At the performance event perform two contrasting pieces on a short recital. Students are adjudicated by 2-3 judges whose points are averaged for their final score.
Keyboard Gymnastics™ provides students a curriculum that challenges them to reach their potential in seven areas of piano study. Students are tested throughout the year in: Theory, Ear-training, Technique, Sight-reading, Performance, Ensemble, and Creative Project. Ten or more levels of study are included in each area and students are entered in each area at their individual level. Students may enter a few or all of the events. Awards and prizes are given for outstanding achievement in each event as well as for completing all seven events. Only those who enter and receive a passing score (7.0 or higher) in all seven events are eligible for the outstanding student award and the Gold, Silver and Bronze medals. In the past, prizes and awards have included cash, gift certificates, music writing software, movie passes, and an iPod or tablet.
Students who participate in Keyboard Gymnastics™ become well-rounded, proficient musicians and pianists.
At the Creative Project, Sight-reading, and Ensemble Events students create projects about a music subject which are performed or presented as a display. The display format is similar to a science fair, in that the student explains and demonstrates their project to the judges. The performance format might be an original composition, a skit, a play, a narration, etc. that is performed for the judges. A list of possible project ideas is available here. Students are adjudicated by 2-3 judges whose points are averaged for their final score.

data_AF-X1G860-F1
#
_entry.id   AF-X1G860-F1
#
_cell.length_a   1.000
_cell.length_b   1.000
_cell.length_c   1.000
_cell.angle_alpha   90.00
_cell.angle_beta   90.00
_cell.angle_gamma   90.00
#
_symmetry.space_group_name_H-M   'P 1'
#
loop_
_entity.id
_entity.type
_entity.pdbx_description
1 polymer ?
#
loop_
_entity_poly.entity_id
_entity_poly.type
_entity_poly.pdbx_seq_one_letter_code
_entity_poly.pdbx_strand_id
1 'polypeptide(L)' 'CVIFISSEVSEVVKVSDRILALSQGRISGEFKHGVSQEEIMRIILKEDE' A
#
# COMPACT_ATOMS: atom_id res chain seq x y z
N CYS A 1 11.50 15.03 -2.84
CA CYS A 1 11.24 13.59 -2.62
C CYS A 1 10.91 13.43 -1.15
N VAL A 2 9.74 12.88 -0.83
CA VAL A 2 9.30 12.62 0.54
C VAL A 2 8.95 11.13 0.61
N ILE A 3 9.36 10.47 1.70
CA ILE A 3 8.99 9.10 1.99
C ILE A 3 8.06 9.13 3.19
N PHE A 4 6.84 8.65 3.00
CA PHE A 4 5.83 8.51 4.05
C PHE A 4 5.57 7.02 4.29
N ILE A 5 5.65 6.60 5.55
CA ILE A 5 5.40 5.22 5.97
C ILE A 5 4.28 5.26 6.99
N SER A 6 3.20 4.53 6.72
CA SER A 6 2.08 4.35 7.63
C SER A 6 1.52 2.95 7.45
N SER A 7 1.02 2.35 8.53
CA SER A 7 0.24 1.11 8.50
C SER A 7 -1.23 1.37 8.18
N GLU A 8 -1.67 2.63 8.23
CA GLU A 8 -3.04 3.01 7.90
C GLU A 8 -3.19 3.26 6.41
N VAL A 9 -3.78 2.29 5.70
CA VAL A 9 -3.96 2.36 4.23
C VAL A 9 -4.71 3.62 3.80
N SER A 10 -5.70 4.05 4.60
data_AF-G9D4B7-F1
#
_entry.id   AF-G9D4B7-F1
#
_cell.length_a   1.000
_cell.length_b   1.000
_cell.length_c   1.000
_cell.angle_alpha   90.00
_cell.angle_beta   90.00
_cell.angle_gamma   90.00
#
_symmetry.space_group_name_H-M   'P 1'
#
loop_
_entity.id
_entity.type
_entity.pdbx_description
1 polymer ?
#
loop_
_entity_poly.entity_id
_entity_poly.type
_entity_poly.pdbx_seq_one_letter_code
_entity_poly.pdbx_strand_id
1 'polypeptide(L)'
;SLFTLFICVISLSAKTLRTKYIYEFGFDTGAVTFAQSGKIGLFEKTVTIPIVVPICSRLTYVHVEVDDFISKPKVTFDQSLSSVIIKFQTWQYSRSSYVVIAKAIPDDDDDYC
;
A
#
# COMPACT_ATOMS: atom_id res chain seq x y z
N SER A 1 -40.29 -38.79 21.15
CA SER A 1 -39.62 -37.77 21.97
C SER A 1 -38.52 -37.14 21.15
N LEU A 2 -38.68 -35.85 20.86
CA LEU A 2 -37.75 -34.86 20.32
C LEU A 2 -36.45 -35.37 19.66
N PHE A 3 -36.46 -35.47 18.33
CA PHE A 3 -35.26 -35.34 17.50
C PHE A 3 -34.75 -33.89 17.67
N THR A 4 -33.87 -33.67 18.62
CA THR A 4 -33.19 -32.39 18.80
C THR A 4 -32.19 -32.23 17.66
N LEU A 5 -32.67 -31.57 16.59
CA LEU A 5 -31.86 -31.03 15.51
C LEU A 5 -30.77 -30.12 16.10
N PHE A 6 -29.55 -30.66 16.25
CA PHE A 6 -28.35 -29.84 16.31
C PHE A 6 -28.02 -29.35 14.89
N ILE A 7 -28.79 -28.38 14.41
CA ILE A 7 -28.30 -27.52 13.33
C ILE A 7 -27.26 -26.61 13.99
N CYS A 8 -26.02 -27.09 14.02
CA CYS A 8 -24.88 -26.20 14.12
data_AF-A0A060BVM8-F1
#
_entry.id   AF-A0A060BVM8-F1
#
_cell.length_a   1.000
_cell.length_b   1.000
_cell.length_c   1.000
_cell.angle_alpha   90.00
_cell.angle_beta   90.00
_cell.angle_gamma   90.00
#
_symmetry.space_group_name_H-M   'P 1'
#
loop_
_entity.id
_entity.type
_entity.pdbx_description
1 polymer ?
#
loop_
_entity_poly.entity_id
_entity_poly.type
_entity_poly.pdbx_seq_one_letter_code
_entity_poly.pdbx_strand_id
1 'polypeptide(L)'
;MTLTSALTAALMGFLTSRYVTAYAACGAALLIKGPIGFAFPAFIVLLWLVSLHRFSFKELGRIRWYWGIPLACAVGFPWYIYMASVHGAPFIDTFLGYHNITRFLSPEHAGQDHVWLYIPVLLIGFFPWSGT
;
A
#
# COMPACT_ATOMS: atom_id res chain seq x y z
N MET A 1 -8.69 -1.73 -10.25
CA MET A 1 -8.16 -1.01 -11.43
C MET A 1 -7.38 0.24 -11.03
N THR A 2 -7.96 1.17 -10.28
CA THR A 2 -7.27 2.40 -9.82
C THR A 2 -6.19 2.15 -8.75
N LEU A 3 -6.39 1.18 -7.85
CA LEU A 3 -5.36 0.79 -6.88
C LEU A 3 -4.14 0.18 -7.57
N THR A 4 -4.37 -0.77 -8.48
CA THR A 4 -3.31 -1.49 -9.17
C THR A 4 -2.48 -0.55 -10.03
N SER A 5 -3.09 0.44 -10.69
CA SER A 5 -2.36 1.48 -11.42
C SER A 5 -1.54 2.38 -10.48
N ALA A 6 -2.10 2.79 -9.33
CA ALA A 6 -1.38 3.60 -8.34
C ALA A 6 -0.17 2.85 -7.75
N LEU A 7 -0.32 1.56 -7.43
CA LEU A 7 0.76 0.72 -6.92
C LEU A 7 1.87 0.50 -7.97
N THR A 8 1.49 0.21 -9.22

At the Sight-reading Event students read a short music excerpt and are given a score.
At the Ensemble Event students perform a duet with another participating Keyboard Gymnastics® student, or a concerto with an accompanist.
Technique is an ongoing event - meaning that when a student is ready to pass off a technique level, they will be instructed to call a tester and make an appointment to pass off their technique level. More than one technique level may be passed off during the year. Tests must be completed by the designated deadline.
Theory and Ear Training are also ongoing events. Tests can be taken whenever the student is ready. Participating teachers will administer tests (after agreeing to follow specific guidelines to ensure the integrity of the testing) and submit completed tests by the designated deadline.
Those students who are not able to play at the first Ensemble Event and those students who were not able to play at the 1st Performance Event or who would like to better their score may play on the 2nd Performance/Ensemble Event held in conjunction with the USU Piano Festival.
At the Awards Ceremony, Gold medal performances may be heard and awards and prizes are given for outstanding achievement in each individual event. Prizes are also awarded for completing all seven events with a passing score (7.0 or higher). Only those who enter all seven events are eligible for the all-around award and the Gold, Silver and Bronze medals for their division. Everyone who entered an event, regardless of how many, receives a certificate and recognition.